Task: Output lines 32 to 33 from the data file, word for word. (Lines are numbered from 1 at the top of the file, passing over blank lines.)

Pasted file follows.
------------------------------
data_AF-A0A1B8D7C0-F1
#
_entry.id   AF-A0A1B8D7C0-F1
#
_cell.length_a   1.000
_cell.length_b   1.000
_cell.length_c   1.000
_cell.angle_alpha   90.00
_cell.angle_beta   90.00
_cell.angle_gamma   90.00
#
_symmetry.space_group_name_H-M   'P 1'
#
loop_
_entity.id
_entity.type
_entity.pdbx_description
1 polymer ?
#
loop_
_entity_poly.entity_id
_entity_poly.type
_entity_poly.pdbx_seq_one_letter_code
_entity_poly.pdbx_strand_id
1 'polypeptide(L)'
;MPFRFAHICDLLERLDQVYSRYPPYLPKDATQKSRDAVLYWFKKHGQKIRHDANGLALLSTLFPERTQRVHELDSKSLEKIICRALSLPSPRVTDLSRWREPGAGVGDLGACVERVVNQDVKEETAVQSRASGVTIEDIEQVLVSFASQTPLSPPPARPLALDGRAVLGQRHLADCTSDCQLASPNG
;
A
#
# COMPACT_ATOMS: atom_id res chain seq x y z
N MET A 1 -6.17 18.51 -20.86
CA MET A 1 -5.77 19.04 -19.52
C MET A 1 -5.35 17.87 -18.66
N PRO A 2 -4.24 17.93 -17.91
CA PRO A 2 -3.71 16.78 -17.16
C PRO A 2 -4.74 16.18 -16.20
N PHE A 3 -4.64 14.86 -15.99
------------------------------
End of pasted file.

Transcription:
CA MET A 1 -5.77 19.04 -19.52
C MET A 1 -5.35 17.87 -18.66